Opinion: Covid-19 positive – a chance to get things right

Foodservice professional Sascha Barby looks at, against all odds, the pandemic’s positive impact and the opportunity to reinvent foodservice

You are right. It is difficult to see the pandemic’s positive effect and accept some of the change as a benefit. Especially if these changes were made to the industry without warning. It would be cynical to speak of Covid-19 as a positive impetus in the face of closures in almost all segments and strokes of fate for so many, which become more real the closer we are to those affected.

Despite alarming numbers and the fact that the pandemic is far from being over, Covid-19 forces us to reshape and reinvent the industry – accelerating changes in a few months, which we would otherwise have seen only in years.

Enforced creativity

“The only way out is through”, this quote by American poet Robert Frost seems to express perfectly the feeling of many in the foodservice industry. Dealing with restrictions, tinkering with a reopening plan, and the reappearance of the virus is expected at any time. Looking at an industry that is and will be together for months in a pandemic is a little consolation while rethinking one’s business strategies, practices, and ideas for a post-pandemic future is essential.

Many foodservice businesses grew beyond themselves after the shock about the first lockdowns and restrictions, showing creativity and entrepreneurial spirit like never before. Curb-side pickup and food delivery offer a safe way of receiving orders while compensating for missing in-restaurant sales. New outdoor-gastronomy ideas are implemented with matching food and drink options and mini-glass-houses for private while safe dining.

Want to have dinner freshly cooked at home? Quite sure that a restaurant offers meal kids with deconstructed raw dishes and cooking instructions – sometimes even via QR-code and video in your area? More so, if you forgot the wine for the evening, you might get it around the corner with some tips from the restaurant’s sommelier. A subscription service for recurring orders might be a welcome offer for customers always in a hurry and busy through the pandemic (lucky them!).

The idea of ghost-kitchens tap their full potential and will lead to hybrid concepts in the future, offering greater diversity for attracting a more extensive customer base. The impossible happens with success, turning the industry upside down for the better.

That would have happened without Covid-19 as well? Maybe, but not at this lightning speed. It is interesting to see that many of these ideas and concepts tell a story and are not only about price – they are about sustainable strategies to secure the business and development for a post-pandemic future. They all say, “Hey, we are here for you, no matter what!” proving how powerful the industry is.


Foodservice operations always have been procedure and checklist driven. Although, the truth is many of these procedures haven’t been taken seriously at all. There is the famous manual temperature log of fridges and freezers that is quickly done without even getting near the display or the thermometer – another checklist with no validity. Covid-19 changed the sincerity in this means and raised awareness.

Proper documentation is not seen as a necessary evil anymore but as one building brick for a solid foundation of security and Hazard Analysis and Critical Control Points (HACCP) measures – a potential competitive advantage when securing business. The documentation of data has never been that easy thanks to easily accessible digitalised solutions. Temperature logs, food-waste tracking, hygiene documentation, and staff planning can be more and more automatised and deliver important key performance indicators (KPIs) at the touch of a button at any time.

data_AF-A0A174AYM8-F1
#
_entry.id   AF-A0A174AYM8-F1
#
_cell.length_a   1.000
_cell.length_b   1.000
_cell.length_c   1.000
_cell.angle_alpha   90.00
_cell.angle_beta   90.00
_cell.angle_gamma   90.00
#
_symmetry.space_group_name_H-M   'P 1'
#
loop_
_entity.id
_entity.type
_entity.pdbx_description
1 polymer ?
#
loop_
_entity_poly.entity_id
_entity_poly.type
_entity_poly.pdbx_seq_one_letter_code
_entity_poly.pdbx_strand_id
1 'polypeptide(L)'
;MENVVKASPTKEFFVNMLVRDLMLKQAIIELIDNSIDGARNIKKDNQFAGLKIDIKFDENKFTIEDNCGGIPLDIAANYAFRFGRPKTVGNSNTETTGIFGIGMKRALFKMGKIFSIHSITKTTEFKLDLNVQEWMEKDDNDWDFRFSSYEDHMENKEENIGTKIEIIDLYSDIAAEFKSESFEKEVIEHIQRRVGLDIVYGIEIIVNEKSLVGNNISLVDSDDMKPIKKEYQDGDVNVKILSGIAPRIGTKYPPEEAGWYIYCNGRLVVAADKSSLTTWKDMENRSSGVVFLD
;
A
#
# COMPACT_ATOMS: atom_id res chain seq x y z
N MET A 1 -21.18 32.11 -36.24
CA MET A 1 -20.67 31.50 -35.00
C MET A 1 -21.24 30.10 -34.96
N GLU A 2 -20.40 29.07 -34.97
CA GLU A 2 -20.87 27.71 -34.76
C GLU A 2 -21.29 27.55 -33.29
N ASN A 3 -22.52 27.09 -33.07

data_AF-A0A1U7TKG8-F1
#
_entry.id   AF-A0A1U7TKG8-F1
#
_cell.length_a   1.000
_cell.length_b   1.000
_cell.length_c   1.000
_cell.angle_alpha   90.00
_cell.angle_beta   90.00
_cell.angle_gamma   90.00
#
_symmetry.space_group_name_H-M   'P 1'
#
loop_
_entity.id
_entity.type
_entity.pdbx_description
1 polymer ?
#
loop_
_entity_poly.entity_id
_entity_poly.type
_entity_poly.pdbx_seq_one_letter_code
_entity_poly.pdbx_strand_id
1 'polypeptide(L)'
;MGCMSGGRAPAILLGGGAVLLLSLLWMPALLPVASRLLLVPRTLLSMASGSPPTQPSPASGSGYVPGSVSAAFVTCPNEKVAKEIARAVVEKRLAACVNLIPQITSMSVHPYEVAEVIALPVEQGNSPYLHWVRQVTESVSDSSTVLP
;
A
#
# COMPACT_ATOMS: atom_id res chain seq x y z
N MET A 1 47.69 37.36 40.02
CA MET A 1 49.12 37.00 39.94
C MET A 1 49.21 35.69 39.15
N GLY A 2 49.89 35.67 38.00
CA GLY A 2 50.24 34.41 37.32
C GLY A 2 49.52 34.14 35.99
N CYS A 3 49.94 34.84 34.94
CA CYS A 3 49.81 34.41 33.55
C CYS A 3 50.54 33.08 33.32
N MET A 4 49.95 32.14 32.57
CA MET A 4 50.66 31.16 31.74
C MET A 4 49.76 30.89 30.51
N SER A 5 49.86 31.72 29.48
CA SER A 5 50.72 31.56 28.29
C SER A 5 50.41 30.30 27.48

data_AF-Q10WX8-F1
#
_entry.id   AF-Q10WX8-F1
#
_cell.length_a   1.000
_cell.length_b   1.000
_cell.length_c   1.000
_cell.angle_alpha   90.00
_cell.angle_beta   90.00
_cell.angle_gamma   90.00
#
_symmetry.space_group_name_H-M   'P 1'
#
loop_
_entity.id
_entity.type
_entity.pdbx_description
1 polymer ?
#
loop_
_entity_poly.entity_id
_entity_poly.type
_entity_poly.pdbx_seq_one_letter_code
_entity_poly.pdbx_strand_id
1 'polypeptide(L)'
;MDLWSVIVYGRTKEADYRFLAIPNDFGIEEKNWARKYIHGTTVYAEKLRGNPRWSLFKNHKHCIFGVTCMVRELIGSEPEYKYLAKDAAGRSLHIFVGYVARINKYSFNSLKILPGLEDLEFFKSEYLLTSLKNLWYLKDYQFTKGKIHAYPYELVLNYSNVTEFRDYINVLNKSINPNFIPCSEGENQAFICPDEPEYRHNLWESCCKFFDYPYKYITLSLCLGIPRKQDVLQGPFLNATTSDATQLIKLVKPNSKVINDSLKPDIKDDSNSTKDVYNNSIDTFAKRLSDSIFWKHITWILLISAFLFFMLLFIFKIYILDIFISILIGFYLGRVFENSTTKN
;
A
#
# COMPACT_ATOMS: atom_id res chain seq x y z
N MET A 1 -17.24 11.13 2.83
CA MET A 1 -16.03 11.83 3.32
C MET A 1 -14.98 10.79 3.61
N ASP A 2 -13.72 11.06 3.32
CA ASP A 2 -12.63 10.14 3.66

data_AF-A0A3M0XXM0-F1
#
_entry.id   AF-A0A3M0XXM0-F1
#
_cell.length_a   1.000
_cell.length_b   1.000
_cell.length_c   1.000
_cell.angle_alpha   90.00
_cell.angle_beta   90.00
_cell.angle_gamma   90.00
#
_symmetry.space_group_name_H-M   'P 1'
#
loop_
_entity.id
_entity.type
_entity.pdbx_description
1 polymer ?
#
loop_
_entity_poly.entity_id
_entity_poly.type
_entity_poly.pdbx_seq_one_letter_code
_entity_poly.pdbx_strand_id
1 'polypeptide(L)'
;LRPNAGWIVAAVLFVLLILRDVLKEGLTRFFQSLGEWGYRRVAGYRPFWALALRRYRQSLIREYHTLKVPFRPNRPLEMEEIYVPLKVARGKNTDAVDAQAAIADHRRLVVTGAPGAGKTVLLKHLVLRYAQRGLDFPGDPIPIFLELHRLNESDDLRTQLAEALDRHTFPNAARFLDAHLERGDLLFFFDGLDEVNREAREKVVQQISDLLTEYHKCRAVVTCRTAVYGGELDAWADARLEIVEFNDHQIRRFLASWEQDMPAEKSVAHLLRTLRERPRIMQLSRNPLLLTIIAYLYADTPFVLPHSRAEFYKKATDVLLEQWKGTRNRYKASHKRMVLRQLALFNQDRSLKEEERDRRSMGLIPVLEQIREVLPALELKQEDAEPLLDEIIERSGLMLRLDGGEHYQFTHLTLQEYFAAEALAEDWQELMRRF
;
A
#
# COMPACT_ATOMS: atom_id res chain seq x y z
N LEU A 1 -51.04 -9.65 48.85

The foodservice industry struggled too long to accept and implement these systems. Still, its necessity and the apparent benefits push the digitalisation of foodservice procedures at a staggering speed. There is more to come, and yes, implementing these tools will cost money, time and cause friction. In a post-pandemic scenario, these system’s importance cannot be overemphasised, as it guarantees to be fully efficient for whatever challenge the foodservice industry might face in the future.

Food supply to the test

The effects of Covid-19 hit some sectors of the food supply chain like an earthquake. Our global food system and supply chain are designed to produce calories on a high level of efficiency, which led in the last decades to a significant reduction of malnourishment worldwide.[1]

This system is getting more glitch as the complexity of its units grows. Production and processing of food, as well as the distribution, faces system challenges that we haven’t seen in this intensity before: missing workers on farms due to lockdowns and restrictions, Covid-19 outbreaks in meat industry plants and necessary shutdowns, lastly restrictions when it comes to the flow of food, especially with foreign markets. This system shock of the supply system taught us a lesson: we have to rethink what worked well in the past  and what we have trusted in for so long.

Referring to a paper from Deloitte[2], there are three main topics that we can extract as a takeout for the foodservice industry:

  1. Transparency

The demand for more transparent and visible processes by customers sped up the challenge to prove sustainable practices. Multi-national corporations forced by the need to reform the supply chain will mostly drive this. The foodservice industry can benefit from this, empowering its customers to track and understand the food’s origin.

  1. Consumer habits

Covid-19 has forced people to change and adapt, resulting in maintaining habits ‘learned’ in the pandemic. Ordering food via e-commerce, cooking at home, and mostly pushing towards online restaurant ordering is here to stay.[3] Even small restaurants can benefit from this new sales channel, pushing takeout, meal kits, and pre-ordering.